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Local cutting-edge technologies adopted at Shanghai Expo

China suppliers use the months-long exhibition as an opportunity to break ground, putting into use their latest electric cars, TD-LTE networks and RFID tickets.

Walking along the vast exhibition halls of the Shanghai World Expo, one cannot help but be amazed at the pavilions, and the emerging technologies and applications on display. But even those not part of the showcase can give one reason for pause.

Local cutting-edge technologies adopted at Shanghai Expo
The TD-LTE network makes it possible for the Swedish pavilion to display its schedule of performances.

At first glance, there is nothing special about the police cars that patrol the expo area. But a closer look reveals an environment-friendly fully electric motor underneath the hood. Manufactured by Lifan Industry (Group) Co. Ltd, the electric cars were ordered by the Shanghai Public Security Bureau in April because they are in line with the green and low-carbon focus of the expo. Lifan supplied 30 units, each of which was patterned after the company's 620 electric car. The vehicles accelerate from 0 to 50kph in 9 seconds, have a top speed of 100kph and can run up to 240km on a single charge. The battery can be recharged from a 220V outlet. Six to seven hours are needed for a full charge, but the battery can gain 70 to 80 percent of capacity on a 10 to 30-minute quick charge.

The buzz generated by the electric police cars helped Lifan secure orders for 2,000 units from clients in other countries.

Local technologies are also helping visitors plan their day at the expo. The ferry plying the Huangpu river has a screen showing the number of visitors at major entry points to the expo and key pavilions, which can help in mapping out one's itinerary. Likewise, the Swedish pavilion has a large screen listing the schedule of performances. All these are made possible by the TD-LTE network, which covers the entire 5.28sqkm of the World Expo park.

Built by China Mobile, the TD-LTE network offers wide coverage and is said to maintain 100Mbps downlink and 50Mbps uplink speeds even when traffic is high. The speed is supposedly 10 times faster than a 3G network. In addition to high-speed mobile Internet access, TD-LTE allows for HD mobile monitoring, conferencing and VoD.

To facilitate data transmission, Huawei provided the outdoor base station, while several major telecom equipment companies supplied the indoor boxes. Motorola, for instance, provided indoor stations for the China, US and seven other pavilions. Ericsson and Nokia Siemens outfitted the Sweden and Finland pavilions with their indoor stations, while Alcatel-Lucent equipped the Africa pavilion.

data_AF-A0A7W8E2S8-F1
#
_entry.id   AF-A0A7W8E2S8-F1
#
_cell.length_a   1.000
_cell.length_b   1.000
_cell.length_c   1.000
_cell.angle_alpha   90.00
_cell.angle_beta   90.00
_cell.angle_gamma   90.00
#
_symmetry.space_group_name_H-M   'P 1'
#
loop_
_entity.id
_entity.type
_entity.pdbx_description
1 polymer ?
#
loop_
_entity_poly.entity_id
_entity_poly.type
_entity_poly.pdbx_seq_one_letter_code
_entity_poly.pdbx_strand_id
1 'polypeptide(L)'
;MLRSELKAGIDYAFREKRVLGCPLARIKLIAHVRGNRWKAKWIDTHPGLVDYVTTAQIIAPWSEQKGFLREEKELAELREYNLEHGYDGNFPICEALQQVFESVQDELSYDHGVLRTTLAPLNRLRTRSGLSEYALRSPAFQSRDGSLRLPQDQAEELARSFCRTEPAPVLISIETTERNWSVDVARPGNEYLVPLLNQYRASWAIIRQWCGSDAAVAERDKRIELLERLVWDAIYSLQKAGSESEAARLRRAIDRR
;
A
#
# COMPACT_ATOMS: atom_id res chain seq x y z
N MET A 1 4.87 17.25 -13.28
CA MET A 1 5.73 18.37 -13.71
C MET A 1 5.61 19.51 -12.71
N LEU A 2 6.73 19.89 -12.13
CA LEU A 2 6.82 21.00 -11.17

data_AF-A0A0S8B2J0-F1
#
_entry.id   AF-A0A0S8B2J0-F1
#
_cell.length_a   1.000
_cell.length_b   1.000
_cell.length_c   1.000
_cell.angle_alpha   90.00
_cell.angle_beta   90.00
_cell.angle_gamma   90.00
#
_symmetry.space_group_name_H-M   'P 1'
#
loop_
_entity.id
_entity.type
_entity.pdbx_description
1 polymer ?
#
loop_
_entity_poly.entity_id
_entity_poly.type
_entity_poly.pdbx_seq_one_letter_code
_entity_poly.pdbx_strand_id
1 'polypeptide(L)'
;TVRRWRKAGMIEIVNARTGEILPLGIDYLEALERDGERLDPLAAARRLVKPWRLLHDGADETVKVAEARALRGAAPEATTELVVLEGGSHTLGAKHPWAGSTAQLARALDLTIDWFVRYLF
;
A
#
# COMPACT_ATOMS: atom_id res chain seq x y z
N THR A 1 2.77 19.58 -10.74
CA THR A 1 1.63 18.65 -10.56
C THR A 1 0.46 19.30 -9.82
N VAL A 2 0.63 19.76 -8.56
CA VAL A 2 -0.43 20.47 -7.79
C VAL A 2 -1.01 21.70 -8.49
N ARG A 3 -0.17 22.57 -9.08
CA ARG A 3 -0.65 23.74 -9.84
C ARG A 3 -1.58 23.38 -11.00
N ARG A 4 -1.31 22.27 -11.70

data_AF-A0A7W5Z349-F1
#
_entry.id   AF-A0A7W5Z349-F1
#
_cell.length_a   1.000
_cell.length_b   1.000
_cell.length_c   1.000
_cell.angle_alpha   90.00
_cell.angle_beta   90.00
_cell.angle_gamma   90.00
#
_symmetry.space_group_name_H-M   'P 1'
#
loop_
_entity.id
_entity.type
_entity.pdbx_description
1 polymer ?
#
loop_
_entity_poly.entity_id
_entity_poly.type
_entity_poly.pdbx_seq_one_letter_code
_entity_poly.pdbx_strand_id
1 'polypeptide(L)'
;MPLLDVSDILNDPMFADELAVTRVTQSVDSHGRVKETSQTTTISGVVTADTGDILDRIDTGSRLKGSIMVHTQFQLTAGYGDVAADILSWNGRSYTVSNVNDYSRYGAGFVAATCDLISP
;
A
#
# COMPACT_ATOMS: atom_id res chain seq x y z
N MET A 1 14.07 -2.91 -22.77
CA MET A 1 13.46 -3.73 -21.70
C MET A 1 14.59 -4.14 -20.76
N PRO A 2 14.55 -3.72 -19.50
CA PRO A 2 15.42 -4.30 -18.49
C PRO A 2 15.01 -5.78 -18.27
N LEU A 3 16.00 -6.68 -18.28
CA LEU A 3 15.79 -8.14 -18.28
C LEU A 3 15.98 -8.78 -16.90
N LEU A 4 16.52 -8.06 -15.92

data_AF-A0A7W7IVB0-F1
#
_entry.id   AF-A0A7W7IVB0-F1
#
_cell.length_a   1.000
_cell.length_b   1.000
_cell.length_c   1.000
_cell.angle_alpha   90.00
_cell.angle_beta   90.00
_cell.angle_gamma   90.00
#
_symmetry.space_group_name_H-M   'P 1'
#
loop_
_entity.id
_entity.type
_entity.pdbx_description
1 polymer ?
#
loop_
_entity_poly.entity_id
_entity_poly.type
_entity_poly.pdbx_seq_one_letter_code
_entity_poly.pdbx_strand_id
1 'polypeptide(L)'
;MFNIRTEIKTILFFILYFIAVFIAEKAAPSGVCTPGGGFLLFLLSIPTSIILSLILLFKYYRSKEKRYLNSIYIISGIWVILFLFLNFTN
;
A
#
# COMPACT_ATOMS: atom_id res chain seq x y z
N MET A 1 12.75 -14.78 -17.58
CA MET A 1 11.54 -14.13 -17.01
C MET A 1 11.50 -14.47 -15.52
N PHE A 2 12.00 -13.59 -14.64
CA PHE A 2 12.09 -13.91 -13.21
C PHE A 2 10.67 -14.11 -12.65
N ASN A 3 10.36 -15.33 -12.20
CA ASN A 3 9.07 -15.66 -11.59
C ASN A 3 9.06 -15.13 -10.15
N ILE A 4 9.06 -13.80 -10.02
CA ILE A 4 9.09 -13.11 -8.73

Successful implementation of the TD-LTE network at the Shanghai Expo has encouraged telecom suppliers in other countries to adopt the technology. Far EasTone will be constructing Taiwan's first TD-LTE trial network together with China Mobile. Qualcomm is also planning to deploy TD-LTE in India, after having won four BWA licenses there. Softbank is considering setting up a TD-LTE network in Japan as well.

Easing visitor flow, enhancing safety

The six-month long Shanghai World Expo is expected to attract approximately 70 million visitors, with average daily guests pegged at 400,000. The high volume of traffic necessitates beefed up safety, flow-monitoring and guiding measures, which local security products and solutions companies are addressing efficiently.

Domestic RFID chip and system suppliers, for instance, have made it possible for visitors to enter the expo halls faster. Tickets, whether in paper or electronic form, have intelligent bar codes that can be recognized 10cm away from a door's RFID reader. With this system in place, it takes guests only two seconds to enter a hall.

Food sold in the expo park uses RFID technology as well to track where the ingredients came from and meals prepared to ensure safety.

An intelligent video recognition system from NewLAN Intl Co. Ltd, meanwhile, helps monitor security around the expo park. Cameras that can differentiate people and vehicles from other objects have been installed on major roads, the public square and the expo entrance. Each unit can monitor 30 different subjects, and can detect unusual behavior such as vandalism, accidents and vehicles parked illegally.


Note: This article "Local cutting-edge technologies adopted at Shanghai Expo" was originally published by Global Sources, a leading business-to-business media company and a primary facilitator of trade with China manufacturers and India suppliers, providing essential sourcing information to volume buyers through our e-magazines, trade shows and industry research.

All price quotes in this report are in US dollars unless otherwise specified. FOB prices were provided by the companies interviewed only as reference prices at the time of interview and may have changed.

Disclaimer: All product images are provided by the companies interviewed and are for reference purposes only. Those product images featuring products with trademarks, brand names or logos are not intended for sale. We, our affiliates, and our affiliates' respective directors, officers, employees, representatives, agents or contractors, do not accept and will not have any responsibility or liability for product images (or any part thereof) which infringe on any intellectual property or other rights of a third party.

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